So, when I heard what Kevin did, it struck a chord with my analytical cravings. He did it because he wasn’t lofty about it. He did it because he had a plan and he had steps he could measure. I think I want to do the same thing with my marriage this year, and I’m hoping many of you will consider doing so, too, and we can be for each other like the team Kevin had cheering him on.

Whether your marriage is hanging on by a string or this was the year you hit your stride, we can all do something to make our marriages better. Rather than focusing only on your individual resolutions about getting in better shape or spending less frivolously, we hope you’ll join us in making some resolutions for a better marriage, and like Kevin, make them measurable. This way we’ll know for sure if we are on track.

Take a look at our list, choose three or more, and kick off the coming year with a bang!

New Year, Better Marriage - #staymarried

While it’s true that most people who make resolutions fail at keeping them, there is hope. Research has reported that there are some simple strategies can help us stick with our New Year’s resolutions, such as: setting specific goals, sharing our resolutions with others, and focusing on the benefits of achieving the resolution.

What do you think? Feel free to modify anything on our list to suit yourselves more personally. Tony and I are still talking about which of these we’ll begin working on this year so that we don’t just #staymarried, but have a better marriage this year.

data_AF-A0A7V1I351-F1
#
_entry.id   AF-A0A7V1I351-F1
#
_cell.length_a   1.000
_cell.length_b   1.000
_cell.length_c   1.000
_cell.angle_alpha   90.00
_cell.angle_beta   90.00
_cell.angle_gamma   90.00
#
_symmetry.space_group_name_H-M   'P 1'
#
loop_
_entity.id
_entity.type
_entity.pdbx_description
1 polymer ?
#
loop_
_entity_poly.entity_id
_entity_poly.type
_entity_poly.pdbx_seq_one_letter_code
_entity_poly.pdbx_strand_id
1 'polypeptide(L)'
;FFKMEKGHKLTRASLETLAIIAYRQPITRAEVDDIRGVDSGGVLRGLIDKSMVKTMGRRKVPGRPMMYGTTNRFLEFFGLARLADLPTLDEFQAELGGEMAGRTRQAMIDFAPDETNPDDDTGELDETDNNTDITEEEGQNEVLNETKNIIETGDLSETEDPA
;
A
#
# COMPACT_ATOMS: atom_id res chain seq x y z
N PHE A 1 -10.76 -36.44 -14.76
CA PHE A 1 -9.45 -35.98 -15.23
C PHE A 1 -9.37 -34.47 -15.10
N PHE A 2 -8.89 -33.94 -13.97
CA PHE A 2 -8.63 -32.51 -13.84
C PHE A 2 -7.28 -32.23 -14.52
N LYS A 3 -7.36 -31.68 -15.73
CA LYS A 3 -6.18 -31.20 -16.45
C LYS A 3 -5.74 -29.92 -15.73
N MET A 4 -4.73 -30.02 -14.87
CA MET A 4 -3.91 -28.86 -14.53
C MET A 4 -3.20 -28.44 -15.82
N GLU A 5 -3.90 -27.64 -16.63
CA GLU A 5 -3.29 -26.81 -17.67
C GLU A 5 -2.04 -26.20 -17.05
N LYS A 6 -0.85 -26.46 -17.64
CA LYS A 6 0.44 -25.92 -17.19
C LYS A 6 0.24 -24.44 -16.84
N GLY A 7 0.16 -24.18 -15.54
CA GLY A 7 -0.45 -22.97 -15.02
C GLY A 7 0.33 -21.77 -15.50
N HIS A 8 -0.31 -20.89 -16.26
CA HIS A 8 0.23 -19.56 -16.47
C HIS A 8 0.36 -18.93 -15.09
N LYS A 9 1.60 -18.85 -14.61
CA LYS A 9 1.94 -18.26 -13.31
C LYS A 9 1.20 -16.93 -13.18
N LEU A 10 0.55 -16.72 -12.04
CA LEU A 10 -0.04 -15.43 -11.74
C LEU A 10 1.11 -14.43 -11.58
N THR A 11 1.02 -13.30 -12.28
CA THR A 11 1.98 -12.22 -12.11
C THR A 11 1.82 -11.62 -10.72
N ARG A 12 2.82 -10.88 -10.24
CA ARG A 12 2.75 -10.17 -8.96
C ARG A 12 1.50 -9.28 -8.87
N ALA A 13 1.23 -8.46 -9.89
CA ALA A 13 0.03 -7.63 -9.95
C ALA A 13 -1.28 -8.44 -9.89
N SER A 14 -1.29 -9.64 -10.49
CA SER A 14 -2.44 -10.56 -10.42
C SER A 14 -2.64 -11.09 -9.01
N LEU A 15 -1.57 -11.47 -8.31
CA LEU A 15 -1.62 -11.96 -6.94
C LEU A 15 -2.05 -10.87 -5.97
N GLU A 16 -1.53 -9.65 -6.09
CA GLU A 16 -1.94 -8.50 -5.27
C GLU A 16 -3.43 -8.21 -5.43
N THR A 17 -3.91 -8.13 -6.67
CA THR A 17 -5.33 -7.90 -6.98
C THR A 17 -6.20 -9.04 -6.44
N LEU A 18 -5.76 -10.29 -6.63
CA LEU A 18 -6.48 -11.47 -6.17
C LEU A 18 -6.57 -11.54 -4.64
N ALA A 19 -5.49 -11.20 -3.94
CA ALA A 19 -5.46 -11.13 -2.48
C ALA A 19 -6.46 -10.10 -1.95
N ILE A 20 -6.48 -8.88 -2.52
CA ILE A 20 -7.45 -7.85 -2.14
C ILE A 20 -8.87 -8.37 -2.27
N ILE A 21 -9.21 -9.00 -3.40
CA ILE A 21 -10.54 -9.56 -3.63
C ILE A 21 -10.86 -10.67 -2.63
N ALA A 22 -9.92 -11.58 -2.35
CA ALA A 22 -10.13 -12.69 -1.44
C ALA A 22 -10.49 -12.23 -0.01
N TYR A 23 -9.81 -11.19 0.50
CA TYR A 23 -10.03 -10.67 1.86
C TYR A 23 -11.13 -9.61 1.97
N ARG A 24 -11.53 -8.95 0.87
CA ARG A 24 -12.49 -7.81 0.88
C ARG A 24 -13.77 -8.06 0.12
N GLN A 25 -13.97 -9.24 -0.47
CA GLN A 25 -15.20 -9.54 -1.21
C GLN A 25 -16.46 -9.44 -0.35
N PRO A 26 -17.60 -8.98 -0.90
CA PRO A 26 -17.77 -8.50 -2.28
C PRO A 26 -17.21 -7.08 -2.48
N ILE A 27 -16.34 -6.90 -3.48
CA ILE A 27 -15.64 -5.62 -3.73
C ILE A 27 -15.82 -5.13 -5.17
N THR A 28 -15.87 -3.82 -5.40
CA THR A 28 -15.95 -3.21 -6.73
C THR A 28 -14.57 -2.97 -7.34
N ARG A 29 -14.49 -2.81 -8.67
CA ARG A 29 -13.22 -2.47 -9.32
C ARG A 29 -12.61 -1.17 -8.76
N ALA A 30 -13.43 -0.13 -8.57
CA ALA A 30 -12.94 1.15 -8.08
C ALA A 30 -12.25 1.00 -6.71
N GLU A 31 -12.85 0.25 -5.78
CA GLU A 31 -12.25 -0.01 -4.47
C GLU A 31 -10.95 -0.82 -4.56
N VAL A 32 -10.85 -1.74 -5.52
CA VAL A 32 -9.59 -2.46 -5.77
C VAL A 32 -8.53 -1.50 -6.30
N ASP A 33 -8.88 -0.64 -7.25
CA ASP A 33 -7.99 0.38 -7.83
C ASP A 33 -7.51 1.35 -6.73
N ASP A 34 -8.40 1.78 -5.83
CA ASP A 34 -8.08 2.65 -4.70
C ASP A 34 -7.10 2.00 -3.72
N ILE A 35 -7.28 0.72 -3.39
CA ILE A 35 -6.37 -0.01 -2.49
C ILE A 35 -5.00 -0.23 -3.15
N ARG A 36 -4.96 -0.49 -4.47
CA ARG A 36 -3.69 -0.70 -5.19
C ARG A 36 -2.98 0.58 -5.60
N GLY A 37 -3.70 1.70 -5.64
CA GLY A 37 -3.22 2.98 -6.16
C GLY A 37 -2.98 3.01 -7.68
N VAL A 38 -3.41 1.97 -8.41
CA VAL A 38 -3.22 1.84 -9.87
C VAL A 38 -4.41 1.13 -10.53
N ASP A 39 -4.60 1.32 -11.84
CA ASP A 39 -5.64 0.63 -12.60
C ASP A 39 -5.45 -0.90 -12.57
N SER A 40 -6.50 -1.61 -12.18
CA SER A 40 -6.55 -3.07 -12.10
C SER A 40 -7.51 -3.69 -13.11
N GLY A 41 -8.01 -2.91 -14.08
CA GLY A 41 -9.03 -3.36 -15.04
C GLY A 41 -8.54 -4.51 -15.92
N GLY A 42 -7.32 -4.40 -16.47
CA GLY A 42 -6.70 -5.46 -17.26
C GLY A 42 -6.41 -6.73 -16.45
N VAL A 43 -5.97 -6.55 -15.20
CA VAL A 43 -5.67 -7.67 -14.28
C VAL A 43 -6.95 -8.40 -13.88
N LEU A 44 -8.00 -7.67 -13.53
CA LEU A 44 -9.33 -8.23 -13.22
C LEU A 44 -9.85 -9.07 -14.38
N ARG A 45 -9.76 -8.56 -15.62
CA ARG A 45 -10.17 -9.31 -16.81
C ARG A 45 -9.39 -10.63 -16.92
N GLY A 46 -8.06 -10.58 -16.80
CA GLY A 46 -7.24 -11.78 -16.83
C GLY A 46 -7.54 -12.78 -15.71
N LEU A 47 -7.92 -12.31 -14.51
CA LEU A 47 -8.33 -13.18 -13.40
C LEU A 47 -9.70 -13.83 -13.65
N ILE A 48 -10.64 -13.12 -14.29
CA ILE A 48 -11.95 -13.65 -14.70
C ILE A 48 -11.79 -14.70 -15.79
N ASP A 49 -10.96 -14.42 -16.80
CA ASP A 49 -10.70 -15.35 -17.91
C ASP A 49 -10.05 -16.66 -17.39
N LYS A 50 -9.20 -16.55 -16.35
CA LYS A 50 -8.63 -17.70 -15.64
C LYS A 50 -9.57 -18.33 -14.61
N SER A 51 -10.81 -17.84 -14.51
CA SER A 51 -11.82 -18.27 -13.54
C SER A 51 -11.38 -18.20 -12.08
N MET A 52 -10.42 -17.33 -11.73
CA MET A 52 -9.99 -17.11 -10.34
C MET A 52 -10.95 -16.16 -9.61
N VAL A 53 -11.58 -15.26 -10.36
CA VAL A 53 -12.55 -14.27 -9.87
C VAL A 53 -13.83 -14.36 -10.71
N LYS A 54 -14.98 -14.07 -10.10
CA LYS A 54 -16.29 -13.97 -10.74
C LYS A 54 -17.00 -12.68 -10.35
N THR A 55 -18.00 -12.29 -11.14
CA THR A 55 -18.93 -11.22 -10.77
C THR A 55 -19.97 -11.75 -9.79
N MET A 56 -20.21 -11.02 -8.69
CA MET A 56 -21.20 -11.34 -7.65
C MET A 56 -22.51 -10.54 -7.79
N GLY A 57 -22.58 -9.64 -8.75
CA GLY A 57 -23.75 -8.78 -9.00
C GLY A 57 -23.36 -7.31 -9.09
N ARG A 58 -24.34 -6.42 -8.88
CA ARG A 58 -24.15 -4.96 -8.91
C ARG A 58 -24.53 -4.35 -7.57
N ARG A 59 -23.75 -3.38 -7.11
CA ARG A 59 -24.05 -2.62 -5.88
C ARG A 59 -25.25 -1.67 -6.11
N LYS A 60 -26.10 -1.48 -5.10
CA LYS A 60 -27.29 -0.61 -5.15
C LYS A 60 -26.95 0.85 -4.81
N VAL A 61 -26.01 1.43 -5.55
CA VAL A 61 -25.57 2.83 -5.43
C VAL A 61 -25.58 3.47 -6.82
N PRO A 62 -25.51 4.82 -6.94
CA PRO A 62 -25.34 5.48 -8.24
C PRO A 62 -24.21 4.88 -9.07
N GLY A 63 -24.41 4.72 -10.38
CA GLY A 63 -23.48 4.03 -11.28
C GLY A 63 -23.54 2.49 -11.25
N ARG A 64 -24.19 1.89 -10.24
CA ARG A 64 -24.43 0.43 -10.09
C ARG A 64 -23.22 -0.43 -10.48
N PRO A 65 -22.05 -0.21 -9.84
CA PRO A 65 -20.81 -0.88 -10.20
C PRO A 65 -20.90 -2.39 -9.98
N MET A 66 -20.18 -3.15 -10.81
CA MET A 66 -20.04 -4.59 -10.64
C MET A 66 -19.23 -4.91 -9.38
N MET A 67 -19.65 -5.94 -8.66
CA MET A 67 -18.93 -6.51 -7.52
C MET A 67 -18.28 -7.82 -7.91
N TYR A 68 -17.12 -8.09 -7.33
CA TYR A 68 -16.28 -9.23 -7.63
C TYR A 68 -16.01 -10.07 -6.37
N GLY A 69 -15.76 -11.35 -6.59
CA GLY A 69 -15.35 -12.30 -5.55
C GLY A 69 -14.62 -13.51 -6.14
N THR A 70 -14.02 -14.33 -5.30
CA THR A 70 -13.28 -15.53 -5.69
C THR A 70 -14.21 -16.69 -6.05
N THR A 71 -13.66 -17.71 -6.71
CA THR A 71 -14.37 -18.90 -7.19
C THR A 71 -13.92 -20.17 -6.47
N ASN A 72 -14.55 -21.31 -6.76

P.S. If you enjoyed this post and think it could benefit someone else’s marriage, please consider sharing. You can use the social media buttons at the top or bottom of this post. Also, if you’re new here, welcome! You might like to check out why we started this blog and my first entry to get a little background. Thanks for stopping by!
~ Michelle

Finding a Marriage Mentor

Nobody becomes an expert on their own. Everyone from professional football players to professional chefs will tell you of several examples of people who inspired them, people who went before them and showed them, by the way they succeeded, that it was possible in the first place. The most successful professionals in any field will tell you without skipping a beat who their mentor is. Married people, if we’re going to succeed, if we’re going to stay married, we need to see real life examples of how it’s done. We need mentors, too.

When Tony and I were engaged, our pastor and friend recommended we go to premarital counseling before we got married. I’m thankful he did. It’s certainly something I think all engaged couples can benefit from. But, we dropped out. We were scheduled for 10 sessions and we dropped out after just 4. The counselor’s office was an hour drive, it was expensive, and after four sessions we never left one with any “Aha moments” (Thank you, Oprah, for elevating our expectations). So, we quit with only 6 weeks until our wedding day.